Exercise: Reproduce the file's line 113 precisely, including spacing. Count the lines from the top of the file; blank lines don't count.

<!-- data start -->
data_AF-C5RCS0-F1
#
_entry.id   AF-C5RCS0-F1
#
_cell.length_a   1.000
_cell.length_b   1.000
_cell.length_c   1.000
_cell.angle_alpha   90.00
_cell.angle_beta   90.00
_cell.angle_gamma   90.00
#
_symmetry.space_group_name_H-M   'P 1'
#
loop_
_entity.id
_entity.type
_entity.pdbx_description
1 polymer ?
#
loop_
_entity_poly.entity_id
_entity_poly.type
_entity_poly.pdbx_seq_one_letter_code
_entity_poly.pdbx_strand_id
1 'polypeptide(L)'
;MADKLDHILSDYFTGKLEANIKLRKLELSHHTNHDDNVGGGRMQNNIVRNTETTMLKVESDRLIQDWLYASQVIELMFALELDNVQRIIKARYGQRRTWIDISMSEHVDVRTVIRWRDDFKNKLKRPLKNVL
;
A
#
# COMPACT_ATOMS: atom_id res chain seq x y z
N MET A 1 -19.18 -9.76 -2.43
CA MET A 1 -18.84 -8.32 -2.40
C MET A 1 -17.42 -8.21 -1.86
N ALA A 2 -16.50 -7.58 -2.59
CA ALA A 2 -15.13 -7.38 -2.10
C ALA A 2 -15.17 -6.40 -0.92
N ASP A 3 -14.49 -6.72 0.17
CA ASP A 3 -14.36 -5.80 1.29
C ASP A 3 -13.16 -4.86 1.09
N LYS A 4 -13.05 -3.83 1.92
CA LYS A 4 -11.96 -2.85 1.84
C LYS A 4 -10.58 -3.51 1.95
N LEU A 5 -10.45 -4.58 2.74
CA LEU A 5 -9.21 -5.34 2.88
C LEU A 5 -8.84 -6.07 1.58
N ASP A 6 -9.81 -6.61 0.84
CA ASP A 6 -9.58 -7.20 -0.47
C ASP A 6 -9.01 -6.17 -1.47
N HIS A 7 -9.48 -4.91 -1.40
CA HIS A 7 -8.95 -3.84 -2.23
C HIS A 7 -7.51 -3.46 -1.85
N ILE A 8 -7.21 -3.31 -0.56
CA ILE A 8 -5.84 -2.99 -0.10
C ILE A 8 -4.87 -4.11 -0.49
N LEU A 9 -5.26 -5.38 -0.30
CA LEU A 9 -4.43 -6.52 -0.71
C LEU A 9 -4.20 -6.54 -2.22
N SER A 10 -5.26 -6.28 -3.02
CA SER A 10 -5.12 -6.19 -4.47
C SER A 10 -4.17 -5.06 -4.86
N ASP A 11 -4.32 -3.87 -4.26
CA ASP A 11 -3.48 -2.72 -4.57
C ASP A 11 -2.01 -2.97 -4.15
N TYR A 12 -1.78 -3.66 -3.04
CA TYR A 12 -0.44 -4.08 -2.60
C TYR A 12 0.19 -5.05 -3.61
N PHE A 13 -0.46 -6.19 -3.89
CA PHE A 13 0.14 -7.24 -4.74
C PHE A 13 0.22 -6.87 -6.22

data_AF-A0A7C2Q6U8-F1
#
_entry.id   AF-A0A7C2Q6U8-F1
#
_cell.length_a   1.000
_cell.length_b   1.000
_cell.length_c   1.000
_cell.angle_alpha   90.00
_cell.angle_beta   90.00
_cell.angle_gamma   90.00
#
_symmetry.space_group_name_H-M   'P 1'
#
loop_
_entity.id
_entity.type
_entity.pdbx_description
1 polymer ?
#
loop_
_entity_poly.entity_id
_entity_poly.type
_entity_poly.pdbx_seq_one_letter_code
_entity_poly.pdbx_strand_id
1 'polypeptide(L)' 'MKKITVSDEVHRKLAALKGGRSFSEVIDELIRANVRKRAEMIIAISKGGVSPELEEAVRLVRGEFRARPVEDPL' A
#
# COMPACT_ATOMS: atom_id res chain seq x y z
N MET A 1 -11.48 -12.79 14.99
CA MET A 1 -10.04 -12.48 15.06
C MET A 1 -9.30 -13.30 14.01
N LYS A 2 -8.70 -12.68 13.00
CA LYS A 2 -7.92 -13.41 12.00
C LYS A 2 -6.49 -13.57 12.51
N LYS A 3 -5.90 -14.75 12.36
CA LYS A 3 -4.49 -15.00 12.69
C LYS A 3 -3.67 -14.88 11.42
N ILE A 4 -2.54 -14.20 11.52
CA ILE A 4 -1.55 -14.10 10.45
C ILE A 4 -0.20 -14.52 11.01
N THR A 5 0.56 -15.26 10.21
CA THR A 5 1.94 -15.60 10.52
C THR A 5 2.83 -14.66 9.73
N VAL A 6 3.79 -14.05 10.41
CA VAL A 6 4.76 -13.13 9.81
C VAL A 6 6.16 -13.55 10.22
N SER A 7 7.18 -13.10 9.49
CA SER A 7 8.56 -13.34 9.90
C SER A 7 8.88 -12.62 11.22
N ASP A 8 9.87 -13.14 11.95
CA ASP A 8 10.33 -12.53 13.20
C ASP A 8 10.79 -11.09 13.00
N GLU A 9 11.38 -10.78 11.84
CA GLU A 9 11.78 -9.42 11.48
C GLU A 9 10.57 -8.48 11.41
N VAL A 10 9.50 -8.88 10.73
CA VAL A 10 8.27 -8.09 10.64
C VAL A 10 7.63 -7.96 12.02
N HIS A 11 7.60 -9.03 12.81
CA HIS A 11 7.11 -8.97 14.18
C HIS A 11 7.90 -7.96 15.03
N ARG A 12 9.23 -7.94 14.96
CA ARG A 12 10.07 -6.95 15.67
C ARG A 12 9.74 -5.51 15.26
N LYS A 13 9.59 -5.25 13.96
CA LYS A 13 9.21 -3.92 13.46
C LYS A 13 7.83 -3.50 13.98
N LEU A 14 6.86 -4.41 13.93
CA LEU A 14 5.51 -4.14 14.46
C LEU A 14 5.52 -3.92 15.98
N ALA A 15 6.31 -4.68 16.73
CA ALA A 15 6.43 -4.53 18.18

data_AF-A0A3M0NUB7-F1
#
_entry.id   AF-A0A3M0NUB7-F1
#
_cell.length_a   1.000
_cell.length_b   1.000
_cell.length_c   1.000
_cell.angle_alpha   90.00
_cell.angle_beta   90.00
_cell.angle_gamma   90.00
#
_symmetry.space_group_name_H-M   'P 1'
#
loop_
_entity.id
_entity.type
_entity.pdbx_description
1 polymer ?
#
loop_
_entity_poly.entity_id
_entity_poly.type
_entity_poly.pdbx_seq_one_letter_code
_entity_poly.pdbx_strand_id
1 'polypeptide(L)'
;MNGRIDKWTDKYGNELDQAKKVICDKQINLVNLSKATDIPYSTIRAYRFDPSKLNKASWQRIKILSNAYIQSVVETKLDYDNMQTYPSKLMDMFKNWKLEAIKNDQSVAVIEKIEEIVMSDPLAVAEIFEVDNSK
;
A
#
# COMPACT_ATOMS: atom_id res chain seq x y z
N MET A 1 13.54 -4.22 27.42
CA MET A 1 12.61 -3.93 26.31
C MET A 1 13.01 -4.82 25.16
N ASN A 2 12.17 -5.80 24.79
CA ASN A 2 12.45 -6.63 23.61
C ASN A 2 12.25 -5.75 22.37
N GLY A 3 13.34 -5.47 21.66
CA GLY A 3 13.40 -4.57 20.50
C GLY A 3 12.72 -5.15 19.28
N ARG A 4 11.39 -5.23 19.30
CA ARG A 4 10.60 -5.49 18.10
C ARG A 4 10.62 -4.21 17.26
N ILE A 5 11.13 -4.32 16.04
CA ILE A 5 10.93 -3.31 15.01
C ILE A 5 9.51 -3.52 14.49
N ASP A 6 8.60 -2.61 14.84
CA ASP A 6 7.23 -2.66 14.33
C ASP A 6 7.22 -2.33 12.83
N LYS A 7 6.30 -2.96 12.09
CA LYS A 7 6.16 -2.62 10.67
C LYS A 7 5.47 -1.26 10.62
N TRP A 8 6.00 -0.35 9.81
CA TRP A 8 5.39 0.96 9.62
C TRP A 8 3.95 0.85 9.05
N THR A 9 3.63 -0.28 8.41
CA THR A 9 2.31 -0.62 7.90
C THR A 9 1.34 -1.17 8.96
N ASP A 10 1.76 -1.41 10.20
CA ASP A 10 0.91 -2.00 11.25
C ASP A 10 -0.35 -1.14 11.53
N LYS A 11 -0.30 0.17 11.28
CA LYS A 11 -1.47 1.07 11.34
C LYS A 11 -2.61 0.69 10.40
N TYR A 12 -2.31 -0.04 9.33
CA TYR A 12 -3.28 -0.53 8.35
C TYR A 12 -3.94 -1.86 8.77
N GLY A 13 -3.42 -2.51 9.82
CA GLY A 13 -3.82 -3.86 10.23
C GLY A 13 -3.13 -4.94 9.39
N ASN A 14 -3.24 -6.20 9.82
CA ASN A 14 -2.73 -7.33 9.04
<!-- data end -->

CA VAL A 6 4.76 -13.13 9.81